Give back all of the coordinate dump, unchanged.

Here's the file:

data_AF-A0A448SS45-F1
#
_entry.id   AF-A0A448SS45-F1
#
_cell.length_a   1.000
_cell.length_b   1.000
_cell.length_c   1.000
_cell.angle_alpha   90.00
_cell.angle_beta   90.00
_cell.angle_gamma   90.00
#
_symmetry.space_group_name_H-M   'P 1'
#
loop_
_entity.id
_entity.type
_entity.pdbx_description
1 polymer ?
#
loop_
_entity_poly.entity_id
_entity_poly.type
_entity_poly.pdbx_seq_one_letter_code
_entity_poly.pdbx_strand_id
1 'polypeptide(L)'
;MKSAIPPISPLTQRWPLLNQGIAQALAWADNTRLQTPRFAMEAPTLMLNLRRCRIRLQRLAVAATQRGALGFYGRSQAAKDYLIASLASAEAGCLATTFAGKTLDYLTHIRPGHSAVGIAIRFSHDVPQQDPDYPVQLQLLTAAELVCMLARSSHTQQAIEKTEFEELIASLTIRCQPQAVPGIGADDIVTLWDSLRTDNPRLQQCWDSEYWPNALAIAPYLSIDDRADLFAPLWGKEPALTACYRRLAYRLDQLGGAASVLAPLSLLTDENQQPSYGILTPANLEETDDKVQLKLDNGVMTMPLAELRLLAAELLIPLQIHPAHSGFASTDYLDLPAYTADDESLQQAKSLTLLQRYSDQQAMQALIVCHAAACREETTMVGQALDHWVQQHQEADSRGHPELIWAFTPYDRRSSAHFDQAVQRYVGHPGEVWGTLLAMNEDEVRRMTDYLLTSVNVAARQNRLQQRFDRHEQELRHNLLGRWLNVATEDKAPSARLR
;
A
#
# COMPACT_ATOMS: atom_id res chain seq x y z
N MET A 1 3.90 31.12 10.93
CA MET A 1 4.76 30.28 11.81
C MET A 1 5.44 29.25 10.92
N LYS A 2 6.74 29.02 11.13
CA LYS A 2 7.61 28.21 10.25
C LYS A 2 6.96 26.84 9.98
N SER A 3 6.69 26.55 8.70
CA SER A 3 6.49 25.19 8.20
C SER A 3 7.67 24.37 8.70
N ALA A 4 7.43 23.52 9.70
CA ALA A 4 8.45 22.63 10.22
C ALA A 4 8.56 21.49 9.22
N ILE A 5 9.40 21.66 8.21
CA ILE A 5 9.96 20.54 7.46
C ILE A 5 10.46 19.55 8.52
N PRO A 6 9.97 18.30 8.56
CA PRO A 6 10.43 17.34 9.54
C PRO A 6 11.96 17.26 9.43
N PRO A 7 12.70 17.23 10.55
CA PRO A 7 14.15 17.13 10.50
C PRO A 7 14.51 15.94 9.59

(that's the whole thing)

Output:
data_AF-A0A448SS45-F1
#
_entry.id   AF-A0A448SS45-F1
#
_cell.length_a   1.000
_cell.length_b   1.000
_cell.length_c   1.000
_cell.angle_alpha   90.00
_cell.angle_beta   90.00
_cell.angle_gamma   90.00
#
_symmetry.space_group_name_H-M   'P 1'
#
loop_
_entity.id
_entity.type
_entity.pdbx_description
1 polymer ?
#
loop_
_entity_poly.entity_id
_entity_poly.type
_entity_poly.pdbx_seq_one_letter_code
_entity_poly.pdbx_strand_id
1 'polypeptide(L)'
;MKSAIPPISPLTQRWPLLNQGIAQALAWADNTRLQTPRFAMEAPTLMLNLRRCRIRLQRLAVAATQRGALGFYGRSQAAKDYLIASLASAEAGCLATTFAGKTLDYLTHIRPGHSAVGIAIRFSHDVPQQDPDYPVQLQLLTAAELVCMLARSSHTQQAIEKTEFEELIASLTIRCQPQAVPGIGADDIVTLWDSLRTDNPRLQQCWDSEYWPNALAIAPYLSIDDRADLFAPLWGKEPALTACYRRLAYRLDQLGGAASVLAPLSLLTDENQQPSYGILTPANLEETDDKVQLKLDNGVMTMPLAELRLLAAELLIPLQIHPAHSGFASTDYLDLPAYTADDESLQQAKSLTLLQRYSDQQAMQALIVCHAAACREETTMVGQALDHWVQQHQEADSRGHPELIWAFTPYDRRSSAHFDQAVQRYVGHPGEVWGTLLAMNEDEVRRMTDYLLTSVNVAARQNRLQQRFDRHEQELRHNLLGRWLNVATEDKAPSARLR
;
A
#
# COMPACT_ATOMS: atom_id res chain seq x y z
N MET A 1 3.90 31.12 10.93
CA MET A 1 4.76 30.28 11.81
C MET A 1 5.44 29.25 10.92
N LYS A 2 6.74 29.02 11.13
CA LYS A 2 7.61 28.21 10.25
C LYS A 2 6.96 26.84 9.98
N SER A 3 6.69 26.55 8.70
CA SER A 3 6.49 25.19 8.20
C SER A 3 7.67 24.37 8.70
N ALA A 4 7.43 23.52 9.70
CA ALA A 4 8.45 22.63 10.22
C ALA A 4 8.56 21.49 9.22
N ILE A 5 9.40 21.66 8.21
CA ILE A 5 9.96 20.54 7.46
C ILE A 5 10.46 19.55 8.52
N PRO A 6 9.97 18.30 8.56
CA PRO A 6 10.43 17.34 9.54
C PRO A 6 11.96 17.26 9.43
N PRO A 7 12.70 17.23 10.55
CA PRO A 7 14.15 17.13 10.50
C PRO A 7 14.51 15.94 9.59